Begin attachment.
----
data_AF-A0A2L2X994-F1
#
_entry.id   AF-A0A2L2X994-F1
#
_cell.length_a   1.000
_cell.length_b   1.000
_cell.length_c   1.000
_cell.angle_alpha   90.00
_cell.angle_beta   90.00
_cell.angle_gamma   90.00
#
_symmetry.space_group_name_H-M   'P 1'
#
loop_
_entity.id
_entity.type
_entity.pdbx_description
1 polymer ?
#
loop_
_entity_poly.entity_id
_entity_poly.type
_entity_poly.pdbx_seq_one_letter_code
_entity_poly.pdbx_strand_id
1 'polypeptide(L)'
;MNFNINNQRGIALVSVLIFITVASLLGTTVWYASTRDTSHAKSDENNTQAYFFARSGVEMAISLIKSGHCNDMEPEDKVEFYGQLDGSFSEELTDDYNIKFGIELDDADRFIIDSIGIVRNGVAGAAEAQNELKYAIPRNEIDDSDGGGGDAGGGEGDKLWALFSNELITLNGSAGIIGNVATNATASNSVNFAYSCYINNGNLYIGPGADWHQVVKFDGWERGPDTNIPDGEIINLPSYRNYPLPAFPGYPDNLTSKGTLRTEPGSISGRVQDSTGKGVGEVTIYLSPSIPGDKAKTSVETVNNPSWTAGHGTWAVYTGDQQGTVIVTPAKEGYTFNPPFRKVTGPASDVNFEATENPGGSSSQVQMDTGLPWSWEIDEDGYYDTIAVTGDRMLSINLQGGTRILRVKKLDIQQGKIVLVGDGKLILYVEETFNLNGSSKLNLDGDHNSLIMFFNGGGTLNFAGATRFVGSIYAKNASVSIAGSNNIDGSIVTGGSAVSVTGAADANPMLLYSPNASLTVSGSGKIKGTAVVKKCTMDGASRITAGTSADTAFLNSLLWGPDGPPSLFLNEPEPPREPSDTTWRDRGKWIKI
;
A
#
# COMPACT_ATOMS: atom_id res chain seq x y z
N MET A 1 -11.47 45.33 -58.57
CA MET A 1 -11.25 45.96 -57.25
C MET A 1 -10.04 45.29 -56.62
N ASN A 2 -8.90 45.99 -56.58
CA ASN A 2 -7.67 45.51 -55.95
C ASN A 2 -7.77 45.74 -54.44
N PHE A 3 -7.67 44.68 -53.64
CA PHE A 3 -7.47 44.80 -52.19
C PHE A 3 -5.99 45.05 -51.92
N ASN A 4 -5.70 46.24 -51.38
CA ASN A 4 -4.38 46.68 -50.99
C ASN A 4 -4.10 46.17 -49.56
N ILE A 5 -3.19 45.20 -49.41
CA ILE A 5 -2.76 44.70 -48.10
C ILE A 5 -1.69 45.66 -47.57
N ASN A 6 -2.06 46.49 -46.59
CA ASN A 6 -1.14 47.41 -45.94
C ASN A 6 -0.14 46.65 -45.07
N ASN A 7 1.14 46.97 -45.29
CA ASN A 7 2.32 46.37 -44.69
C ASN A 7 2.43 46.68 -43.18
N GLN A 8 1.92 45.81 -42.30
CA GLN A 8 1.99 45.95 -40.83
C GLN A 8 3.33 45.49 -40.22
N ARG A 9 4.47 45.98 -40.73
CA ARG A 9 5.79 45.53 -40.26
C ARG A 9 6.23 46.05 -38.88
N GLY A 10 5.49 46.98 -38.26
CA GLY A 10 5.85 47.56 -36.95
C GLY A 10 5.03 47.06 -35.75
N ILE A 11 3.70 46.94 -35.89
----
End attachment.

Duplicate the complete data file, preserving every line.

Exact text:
data_AF-A0A2L2X994-F1
#
_entry.id   AF-A0A2L2X994-F1
#
_cell.length_a   1.000
_cell.length_b   1.000
_cell.length_c   1.000
_cell.angle_alpha   90.00
_cell.angle_beta   90.00
_cell.angle_gamma   90.00
#
_symmetry.space_group_name_H-M   'P 1'
#
loop_
_entity.id
_entity.type
_entity.pdbx_description
1 polymer ?
#
loop_
_entity_poly.entity_id
_entity_poly.type
_entity_poly.pdbx_seq_one_letter_code
_entity_poly.pdbx_strand_id
1 'polypeptide(L)'
;MNFNINNQRGIALVSVLIFITVASLLGTTVWYASTRDTSHAKSDENNTQAYFFARSGVEMAISLIKSGHCNDMEPEDKVEFYGQLDGSFSEELTDDYNIKFGIELDDADRFIIDSIGIVRNGVAGAAEAQNELKYAIPRNEIDDSDGGGGDAGGGEGDKLWALFSNELITLNGSAGIIGNVATNATASNSVNFAYSCYINNGNLYIGPGADWHQVVKFDGWERGPDTNIPDGEIINLPSYRNYPLPAFPGYPDNLTSKGTLRTEPGSISGRVQDSTGKGVGEVTIYLSPSIPGDKAKTSVETVNNPSWTAGHGTWAVYTGDQQGTVIVTPAKEGYTFNPPFRKVTGPASDVNFEATENPGGSSSQVQMDTGLPWSWEIDEDGYYDTIAVTGDRMLSINLQGGTRILRVKKLDIQQGKIVLVGDGKLILYVEETFNLNGSSKLNLDGDHNSLIMFFNGGGTLNFAGATRFVGSIYAKNASVSIAGSNNIDGSIVTGGSAVSVTGAADANPMLLYSPNASLTVSGSGKIKGTAVVKKCTMDGASRITAGTSADTAFLNSLLWGPDGPPSLFLNEPEPPREPSDTTWRDRGKWIKI
;
A
#
# COMPACT_ATOMS: atom_id res chain seq x y z
N MET A 1 -11.47 45.33 -58.57
CA MET A 1 -11.25 45.96 -57.25
C MET A 1 -10.04 45.29 -56.62
N ASN A 2 -8.90 45.99 -56.58
CA ASN A 2 -7.67 45.51 -55.95
C ASN A 2 -7.77 45.74 -54.44
N PHE A 3 -7.67 44.68 -53.64
CA PHE A 3 -7.47 44.80 -52.19
C PHE A 3 -5.99 45.05 -51.92
N ASN A 4 -5.70 46.24 -51.38
CA ASN A 4 -4.38 46.68 -50.99
C ASN A 4 -4.10 46.17 -49.56
N ILE A 5 -3.19 45.20 -49.41
CA ILE A 5 -2.76 44.70 -48.10
C ILE A 5 -1.69 45.66 -47.57
N ASN A 6 -2.06 46.49 -46.59
CA ASN A 6 -1.14 47.41 -45.94
C ASN A 6 -0.14 46.65 -45.07
N ASN A 7 1.14 46.97 -45.29
CA ASN A 7 2.32 46.37 -44.69
C ASN A 7 2.43 46.68 -43.18
N GLN A 8 1.92 45.81 -42.30
CA GLN A 8 1.99 45.95 -40.83
C GLN A 8 3.33 45.49 -40.22
N ARG A 9 4.47 45.98 -40.73
CA ARG A 9 5.79 45.53 -40.26
C ARG A 9 6.23 46.05 -38.88
N GLY A 10 5.49 46.98 -38.26
CA GLY A 10 5.85 47.56 -36.95
C GLY A 10 5.03 47.06 -35.75
N ILE A 11 3.70 46.94 -35.89